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Cancer Res. 2003 Nov 1;63(21):7497-506.

Phase I study of replication-competent adenovirus-mediated double-suicide gene therapy in combination with conventional-dose three-dimensional conformal radiation therapy for the treatment of newly diagnosed, intermediate- to high-risk prostate cancer.

Author information

1
Department of Radiation Oncology, Henry Ford Health System, One Ford Place, Detroit, Michigan 48202, USA. sfreyta1@hfhs.org

Abstract

The primary study objective was to determine the safety of intraprostatic administration of a replication-competent, oncolytic adenovirus containing a cytosine deaminase (CD)/herpes simplex virus thymidine kinase (HSV-1 TK) fusion gene concomitant with increasing durations of 5-fluorocytosine and valganciclovir prodrug therapy and conventional-dose three-dimensional conformal radiation therapy (3D-CRT) in patients with newly diagnosed, intermediate- to high-risk prostate cancer. Secondary objectives were to determine the persistence of therapeutic transgene expression in the prostate and to examine early posttreatment response. Fifteen patients in five cohorts received a single intraprostatic injection of 10(12) viral particles of the replication-competent Ad5-CD/TKrep adenovirus on day 1. Two days later, patients were administered 5-fluorocytosine and valganciclovir prodrug therapy for 1 (cohorts 1-3), 2 (cohort 4), or 3 (cohort 5) weeks along with 70-74 Gy 3D-CRT. Sextant needle biopsy of the prostate was obtained at 2 (cohort 1), 3 (cohort 2), and 4 (cohort 3) weeks for determination of the persistence of transgene expression. There were no dose-limiting toxicities and no significant treatment-related adverse events. Ninety-four percent of the adverse events observed were mild to moderate and self-limiting. Acute urinary and gastrointestinal toxicities were similar to those expected for conventional-dose 3D-CRT. Therapeutic transgene expression was found to persist in the prostate for up to 3 weeks after the adenovirus injection. As expected for patients receiving definitive radiation therapy, all patients experienced significant declines in prostate-specific antigen (PSA). The mean PSA half-life in patients administered more than 1 week of prodrug therapy was significantly shorter than that of patients receiving prodrugs for only 1 week (0.6 versus 2.0 months; P < 0.02) and markedly shorter than that reported previously for patients treated with conventional-dose 3D-CRT alone (2.4 months). With a median follow-up of only 9 months, 5 of 10 (50%) patients not treated with androgen-deprivation therapy achieved a serum PSA < or = 0.5 ng/ml. The results demonstrate that replication-competent adenovirus-mediated double-suicide gene therapy can be combined safely with conventional-dose 3D-CRT in patients with intermediate- to high-risk prostate cancer. The shorter than expected PSA half-life in patients receiving more than 1 week of prodrug therapy may suggest a possible interaction between the oncolytic adenovirus and/or double-suicide gene therapies and radiation therapy.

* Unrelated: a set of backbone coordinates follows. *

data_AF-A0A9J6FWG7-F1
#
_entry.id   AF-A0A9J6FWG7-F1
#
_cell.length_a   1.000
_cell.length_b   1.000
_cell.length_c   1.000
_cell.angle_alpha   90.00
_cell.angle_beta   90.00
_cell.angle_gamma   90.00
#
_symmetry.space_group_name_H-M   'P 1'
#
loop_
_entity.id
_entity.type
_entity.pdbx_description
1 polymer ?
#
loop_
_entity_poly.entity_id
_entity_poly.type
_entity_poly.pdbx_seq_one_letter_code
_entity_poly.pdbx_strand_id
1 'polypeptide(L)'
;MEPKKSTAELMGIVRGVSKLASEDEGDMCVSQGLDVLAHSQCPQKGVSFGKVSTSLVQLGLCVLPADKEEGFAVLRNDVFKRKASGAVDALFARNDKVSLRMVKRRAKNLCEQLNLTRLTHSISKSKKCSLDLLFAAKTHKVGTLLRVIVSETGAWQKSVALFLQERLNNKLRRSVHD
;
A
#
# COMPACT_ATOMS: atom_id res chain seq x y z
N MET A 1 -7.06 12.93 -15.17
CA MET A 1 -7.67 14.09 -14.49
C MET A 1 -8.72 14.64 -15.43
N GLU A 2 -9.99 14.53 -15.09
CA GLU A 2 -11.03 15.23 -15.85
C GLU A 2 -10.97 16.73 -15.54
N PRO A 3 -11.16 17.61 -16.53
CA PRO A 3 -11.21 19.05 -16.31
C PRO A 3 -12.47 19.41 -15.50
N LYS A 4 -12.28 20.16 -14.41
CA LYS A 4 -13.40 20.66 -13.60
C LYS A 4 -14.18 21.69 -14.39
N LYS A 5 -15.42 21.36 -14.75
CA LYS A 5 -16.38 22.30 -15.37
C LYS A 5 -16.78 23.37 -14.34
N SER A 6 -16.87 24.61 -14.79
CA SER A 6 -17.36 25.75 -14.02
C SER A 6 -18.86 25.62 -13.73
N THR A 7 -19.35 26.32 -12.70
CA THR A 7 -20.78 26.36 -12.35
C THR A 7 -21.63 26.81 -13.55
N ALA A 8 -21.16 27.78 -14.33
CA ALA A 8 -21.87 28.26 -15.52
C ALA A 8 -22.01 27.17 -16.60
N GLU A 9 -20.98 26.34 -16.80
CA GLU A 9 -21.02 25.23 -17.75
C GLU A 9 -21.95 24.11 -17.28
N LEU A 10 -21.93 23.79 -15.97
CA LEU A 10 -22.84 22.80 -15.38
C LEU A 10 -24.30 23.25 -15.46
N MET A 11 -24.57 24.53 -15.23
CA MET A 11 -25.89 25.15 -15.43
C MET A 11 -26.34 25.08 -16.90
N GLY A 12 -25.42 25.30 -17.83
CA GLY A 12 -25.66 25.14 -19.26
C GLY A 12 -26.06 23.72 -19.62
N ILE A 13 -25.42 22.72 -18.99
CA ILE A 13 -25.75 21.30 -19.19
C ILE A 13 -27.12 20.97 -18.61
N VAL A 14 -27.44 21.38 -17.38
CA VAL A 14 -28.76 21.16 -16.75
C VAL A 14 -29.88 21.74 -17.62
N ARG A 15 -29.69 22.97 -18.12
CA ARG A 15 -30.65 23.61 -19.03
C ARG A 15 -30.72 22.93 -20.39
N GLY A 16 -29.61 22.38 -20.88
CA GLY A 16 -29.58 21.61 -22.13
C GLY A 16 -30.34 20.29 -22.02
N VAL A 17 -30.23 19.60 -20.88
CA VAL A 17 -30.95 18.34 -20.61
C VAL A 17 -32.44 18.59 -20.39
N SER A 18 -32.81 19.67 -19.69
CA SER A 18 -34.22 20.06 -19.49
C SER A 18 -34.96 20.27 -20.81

PMID:
14612551
[Indexed for MEDLINE]
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